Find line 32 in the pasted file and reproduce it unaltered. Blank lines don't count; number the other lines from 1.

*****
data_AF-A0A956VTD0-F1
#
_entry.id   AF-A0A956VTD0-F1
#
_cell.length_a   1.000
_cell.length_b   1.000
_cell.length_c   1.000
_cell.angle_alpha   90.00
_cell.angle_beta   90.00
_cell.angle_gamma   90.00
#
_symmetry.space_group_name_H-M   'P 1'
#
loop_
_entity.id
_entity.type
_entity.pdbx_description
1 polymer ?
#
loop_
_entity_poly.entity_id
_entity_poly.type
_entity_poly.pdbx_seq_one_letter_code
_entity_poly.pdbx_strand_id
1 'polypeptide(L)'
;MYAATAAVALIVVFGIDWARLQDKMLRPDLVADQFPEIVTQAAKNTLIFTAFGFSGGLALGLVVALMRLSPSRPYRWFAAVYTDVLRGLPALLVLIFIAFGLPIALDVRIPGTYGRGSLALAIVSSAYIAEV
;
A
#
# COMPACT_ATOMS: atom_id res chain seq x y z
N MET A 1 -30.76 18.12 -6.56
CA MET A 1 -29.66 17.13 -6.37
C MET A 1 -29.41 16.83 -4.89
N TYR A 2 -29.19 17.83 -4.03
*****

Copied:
CA MET A 1 -29.66 17.13 -6.37